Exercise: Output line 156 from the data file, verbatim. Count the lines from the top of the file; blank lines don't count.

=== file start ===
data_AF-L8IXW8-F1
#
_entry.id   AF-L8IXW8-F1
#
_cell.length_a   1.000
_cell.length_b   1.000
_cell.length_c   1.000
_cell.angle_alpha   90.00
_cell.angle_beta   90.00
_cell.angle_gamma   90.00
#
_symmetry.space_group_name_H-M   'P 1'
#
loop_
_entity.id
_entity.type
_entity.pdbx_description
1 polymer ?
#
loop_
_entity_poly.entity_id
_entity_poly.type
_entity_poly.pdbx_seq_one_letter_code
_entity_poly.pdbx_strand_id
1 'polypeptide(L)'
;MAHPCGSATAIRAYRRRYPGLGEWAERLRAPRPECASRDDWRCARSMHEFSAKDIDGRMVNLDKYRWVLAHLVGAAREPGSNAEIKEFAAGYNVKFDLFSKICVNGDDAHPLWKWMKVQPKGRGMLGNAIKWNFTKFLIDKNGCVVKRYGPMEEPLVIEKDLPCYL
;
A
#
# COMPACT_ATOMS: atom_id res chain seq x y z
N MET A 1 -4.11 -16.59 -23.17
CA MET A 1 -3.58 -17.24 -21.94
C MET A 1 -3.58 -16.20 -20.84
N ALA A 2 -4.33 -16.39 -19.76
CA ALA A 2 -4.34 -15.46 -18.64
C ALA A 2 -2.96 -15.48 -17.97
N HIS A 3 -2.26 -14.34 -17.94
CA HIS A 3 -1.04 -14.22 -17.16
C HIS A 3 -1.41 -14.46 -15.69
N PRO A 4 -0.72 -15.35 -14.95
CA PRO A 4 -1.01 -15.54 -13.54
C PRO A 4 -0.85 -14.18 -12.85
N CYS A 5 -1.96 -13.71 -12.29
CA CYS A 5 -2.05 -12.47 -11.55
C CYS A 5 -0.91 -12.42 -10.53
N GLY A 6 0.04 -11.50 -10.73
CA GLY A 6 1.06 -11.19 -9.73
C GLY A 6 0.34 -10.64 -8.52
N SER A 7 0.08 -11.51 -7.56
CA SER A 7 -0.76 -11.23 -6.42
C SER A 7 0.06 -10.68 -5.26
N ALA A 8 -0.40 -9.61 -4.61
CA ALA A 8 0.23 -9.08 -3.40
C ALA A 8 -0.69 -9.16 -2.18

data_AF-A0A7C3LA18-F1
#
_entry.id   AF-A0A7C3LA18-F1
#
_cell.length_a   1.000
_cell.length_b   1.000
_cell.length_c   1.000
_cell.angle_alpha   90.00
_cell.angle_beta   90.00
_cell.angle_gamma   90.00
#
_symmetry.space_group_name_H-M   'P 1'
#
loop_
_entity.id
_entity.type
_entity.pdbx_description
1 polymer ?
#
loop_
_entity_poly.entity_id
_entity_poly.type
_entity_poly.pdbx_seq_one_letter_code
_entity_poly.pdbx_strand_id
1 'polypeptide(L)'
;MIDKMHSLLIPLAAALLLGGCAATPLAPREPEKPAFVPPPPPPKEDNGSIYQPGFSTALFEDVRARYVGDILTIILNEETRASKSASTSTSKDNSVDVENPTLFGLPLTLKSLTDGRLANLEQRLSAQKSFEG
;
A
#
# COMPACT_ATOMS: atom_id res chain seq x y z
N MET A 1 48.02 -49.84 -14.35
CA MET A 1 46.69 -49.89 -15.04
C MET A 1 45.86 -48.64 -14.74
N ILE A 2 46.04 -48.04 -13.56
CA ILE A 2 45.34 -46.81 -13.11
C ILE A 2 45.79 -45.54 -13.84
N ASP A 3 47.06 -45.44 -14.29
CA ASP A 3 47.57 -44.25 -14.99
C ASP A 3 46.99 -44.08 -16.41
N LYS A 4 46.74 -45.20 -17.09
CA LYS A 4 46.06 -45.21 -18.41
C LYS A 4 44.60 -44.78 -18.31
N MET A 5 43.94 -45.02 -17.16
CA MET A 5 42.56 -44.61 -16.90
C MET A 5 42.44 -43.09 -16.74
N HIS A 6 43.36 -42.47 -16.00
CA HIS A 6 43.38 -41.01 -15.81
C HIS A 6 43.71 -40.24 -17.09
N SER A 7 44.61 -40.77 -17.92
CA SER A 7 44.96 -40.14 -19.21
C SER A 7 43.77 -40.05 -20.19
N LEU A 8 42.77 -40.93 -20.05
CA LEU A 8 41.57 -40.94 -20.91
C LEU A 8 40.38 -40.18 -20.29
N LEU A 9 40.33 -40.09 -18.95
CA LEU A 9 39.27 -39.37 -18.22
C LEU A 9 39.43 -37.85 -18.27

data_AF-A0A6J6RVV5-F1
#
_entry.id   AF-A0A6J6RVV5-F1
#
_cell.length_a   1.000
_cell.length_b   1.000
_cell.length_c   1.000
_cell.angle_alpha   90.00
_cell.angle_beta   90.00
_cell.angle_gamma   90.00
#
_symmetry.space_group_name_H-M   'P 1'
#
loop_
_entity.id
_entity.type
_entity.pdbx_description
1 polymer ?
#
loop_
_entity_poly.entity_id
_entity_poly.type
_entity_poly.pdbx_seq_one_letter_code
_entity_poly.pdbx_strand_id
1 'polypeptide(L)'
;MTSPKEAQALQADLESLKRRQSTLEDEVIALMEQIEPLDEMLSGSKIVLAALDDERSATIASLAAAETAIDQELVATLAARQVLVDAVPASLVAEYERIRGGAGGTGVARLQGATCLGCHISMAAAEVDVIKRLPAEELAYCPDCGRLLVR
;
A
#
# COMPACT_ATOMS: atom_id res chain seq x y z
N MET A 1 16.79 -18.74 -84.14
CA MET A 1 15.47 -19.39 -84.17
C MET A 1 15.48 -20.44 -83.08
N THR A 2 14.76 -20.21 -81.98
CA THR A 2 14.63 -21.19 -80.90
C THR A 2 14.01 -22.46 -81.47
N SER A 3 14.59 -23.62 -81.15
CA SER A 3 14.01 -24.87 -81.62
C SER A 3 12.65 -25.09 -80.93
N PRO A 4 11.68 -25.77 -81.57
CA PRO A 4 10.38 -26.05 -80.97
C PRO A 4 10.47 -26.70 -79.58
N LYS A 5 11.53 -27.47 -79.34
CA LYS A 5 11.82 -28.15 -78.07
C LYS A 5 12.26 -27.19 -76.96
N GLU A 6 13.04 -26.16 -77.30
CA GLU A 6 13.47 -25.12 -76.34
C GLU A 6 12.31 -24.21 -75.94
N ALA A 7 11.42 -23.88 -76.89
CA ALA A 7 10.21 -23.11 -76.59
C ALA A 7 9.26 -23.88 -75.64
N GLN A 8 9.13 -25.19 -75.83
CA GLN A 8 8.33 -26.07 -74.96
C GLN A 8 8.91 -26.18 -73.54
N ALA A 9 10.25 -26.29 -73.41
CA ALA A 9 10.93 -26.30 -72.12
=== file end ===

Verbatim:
C LYS A 5 12.26 -27.19 -76.96